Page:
Effective Long Lasting PCC Partial Depth Joint Repairs for Challenging Conditions
Project Start Date: November 2, 2017
Project End Date: April 30, 2021
As Portland Cement Concrete (PCC) pavements age, longitudinal and transverse joints can exhibit signs of distress as a result of traffic loading, climatic variations, materials related issues, and construction defects. Although only small areas are often involved, the joint distress can substantially disrupt traffic flow and increase pavement roughness sacrificing consumer ride comfort. Furthermore, secondary distresses and degradation of otherwise sound concrete can occur due to poor joint conditions.
Joint distress can range from minor spalling that requires no immediate action to major distresses that can affect large areas of the pavement and significantly disrupt traffic. When immediate action is required, temporary repairs are often made using readily available materials, such as cold mix or other asphalt materials. These temporary materials are oftentimes replaced at a later date with more permanent materials to re-establish the integrity and functionality of the concrete pavement.
When longer-lasting materials are used in the initial joint repairs, the impact to travelers is reduced and additional costs for temporary materials and subsequent removals are eliminated. Different material types are available for longer-term repairs which vary widely in cost, required skill level for satisfactory placement, and time needed before opening to traffic. The performance of each of these materials can also vary widely making selection and installation of permanent repairs challenging.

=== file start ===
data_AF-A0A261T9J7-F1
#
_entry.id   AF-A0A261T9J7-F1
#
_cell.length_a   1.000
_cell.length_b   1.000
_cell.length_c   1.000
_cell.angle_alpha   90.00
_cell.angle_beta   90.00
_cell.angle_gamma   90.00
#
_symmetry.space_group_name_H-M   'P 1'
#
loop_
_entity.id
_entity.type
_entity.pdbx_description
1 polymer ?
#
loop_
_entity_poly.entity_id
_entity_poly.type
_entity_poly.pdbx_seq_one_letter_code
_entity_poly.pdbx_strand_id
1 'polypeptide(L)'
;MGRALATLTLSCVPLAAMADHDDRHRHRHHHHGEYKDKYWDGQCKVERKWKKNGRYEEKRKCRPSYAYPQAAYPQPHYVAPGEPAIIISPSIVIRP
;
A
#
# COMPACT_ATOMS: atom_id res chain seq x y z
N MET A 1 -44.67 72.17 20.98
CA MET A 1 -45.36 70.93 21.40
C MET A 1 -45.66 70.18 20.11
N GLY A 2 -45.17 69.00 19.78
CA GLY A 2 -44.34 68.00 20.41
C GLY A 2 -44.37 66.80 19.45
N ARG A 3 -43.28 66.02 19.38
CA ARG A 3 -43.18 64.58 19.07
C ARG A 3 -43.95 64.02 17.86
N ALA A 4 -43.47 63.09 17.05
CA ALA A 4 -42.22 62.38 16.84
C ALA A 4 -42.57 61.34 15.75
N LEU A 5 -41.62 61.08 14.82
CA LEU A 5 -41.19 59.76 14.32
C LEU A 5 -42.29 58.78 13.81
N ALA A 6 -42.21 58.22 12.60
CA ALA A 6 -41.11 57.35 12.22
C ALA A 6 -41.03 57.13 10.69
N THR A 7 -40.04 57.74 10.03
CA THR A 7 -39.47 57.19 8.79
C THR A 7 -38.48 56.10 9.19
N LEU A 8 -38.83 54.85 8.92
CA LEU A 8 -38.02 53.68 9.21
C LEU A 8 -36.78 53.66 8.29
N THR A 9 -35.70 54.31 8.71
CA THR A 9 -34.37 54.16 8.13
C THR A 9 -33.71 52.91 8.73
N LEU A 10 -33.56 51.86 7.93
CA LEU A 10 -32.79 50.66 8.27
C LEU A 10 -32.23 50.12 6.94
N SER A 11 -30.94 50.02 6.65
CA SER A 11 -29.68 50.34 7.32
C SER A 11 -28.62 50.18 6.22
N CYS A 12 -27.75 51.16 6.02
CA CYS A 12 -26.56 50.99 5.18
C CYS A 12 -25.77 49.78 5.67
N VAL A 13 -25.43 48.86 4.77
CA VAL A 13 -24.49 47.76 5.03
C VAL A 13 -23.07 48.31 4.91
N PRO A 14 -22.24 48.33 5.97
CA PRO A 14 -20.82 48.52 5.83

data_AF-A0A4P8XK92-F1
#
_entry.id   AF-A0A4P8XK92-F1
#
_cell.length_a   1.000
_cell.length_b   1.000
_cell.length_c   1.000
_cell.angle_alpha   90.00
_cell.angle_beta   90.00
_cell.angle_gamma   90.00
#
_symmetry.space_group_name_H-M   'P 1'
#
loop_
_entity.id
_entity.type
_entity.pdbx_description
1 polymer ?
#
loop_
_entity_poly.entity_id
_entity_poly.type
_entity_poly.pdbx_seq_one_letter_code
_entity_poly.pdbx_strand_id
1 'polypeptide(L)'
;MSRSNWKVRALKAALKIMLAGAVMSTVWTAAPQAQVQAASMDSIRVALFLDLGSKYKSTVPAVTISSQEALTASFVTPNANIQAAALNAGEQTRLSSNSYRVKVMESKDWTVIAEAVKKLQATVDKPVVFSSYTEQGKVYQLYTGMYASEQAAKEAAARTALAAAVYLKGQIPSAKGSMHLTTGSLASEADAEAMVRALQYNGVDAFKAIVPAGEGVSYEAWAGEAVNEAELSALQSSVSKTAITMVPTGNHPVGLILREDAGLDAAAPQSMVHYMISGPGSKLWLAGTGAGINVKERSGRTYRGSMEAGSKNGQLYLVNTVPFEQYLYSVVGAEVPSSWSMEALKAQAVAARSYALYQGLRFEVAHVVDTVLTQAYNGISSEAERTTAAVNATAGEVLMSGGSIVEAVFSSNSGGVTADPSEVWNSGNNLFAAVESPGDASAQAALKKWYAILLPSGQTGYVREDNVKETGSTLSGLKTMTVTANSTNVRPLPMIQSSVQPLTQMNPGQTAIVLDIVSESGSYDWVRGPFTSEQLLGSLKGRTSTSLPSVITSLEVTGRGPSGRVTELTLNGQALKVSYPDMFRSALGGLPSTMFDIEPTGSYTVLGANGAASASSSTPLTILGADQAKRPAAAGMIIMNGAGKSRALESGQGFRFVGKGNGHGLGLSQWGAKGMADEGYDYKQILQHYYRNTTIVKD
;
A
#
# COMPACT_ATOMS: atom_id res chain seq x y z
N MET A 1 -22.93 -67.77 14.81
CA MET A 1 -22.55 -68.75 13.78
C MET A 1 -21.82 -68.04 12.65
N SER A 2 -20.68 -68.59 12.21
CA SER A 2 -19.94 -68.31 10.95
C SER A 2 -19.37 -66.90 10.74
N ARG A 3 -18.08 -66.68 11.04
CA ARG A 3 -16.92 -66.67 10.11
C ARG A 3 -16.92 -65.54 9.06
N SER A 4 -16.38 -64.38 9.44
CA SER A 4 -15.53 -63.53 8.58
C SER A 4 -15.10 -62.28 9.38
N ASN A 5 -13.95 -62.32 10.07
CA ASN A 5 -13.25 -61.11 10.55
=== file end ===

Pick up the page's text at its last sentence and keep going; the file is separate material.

Traditionally, joint repairs have been assumed to last 6 to 8 years, but some agencies have experienced patch service life in excess of 20 years. With the range of products available and performance periods experienced, there is a need to determine the current state-of-the-practice.
The goal of this project is for the Contractor to provide a guide for State and other agencies to establish an effective joint repair program. The final report will guide State through product selection, installation techniques, equipment needed for completing the repair, typical performance cost, along with the life expectancy of the repair products.
Longer lasting patches on Minnesota's PCC pavements will reduce the need for lane closures, user delays and safety concerns, reduce PCC pavement maintenance costs, and increase availability of State District Maintenance staff to perform other duties.
Original Need Statement: Partial Depth Repair (doc) - 4/20/2017
- Survey and Literature Review (doc)
- Review Patching Products for Rapid Setting Partial Depth Repairs (pdf)
Task 3: Annual condition review and interim report
- Product contacts (doc)
- Year 1 Report (pdf), published 2/10/2020
- Year 2 Report (pdf), 4/14/2020
Task 4: Draft report
- Draft report (doc), 10/31/2020
- Draft Appendix (pdf), 10/31/2020
Task 5: Final report
- Final report (pdf), 4/20/2021
Task 6: Project management
Principal Investigator: Heidi Olson, Braun Intertec
Technical Liaison: Jerry Geib, MnDOT
Project Technical Advisory Panel (TAP)
- Gordy Bruhn, MnDOT
- Tom Burnham, MnDOT
- Eshan Dave, UNH
- Jerry Geib, MnDOT
- Mark Gawedzinski, Illinois DOT
- MK Kang, WisDOT
- Maria Masten, MnDOT
- Clark Moe, MnDOT
- John Roberts, International Grooving and Grinding Association (IGGA)
- Timo Saarenketo, RoadScanners
- Joel Ulring, MnDOT
- List of Possible Partial Depth Patching Materials (xls)
- CIE 822 Abstract and Outline (doc)
- 2016 MnROAD Report - PCC Partial Depth Repairs (pdf)
- MnDOT’s concrete partial depth patching details (doc)
- Video of Partial Depth Repairs, Oct. 2017
Final report (pdf), April 30, 2021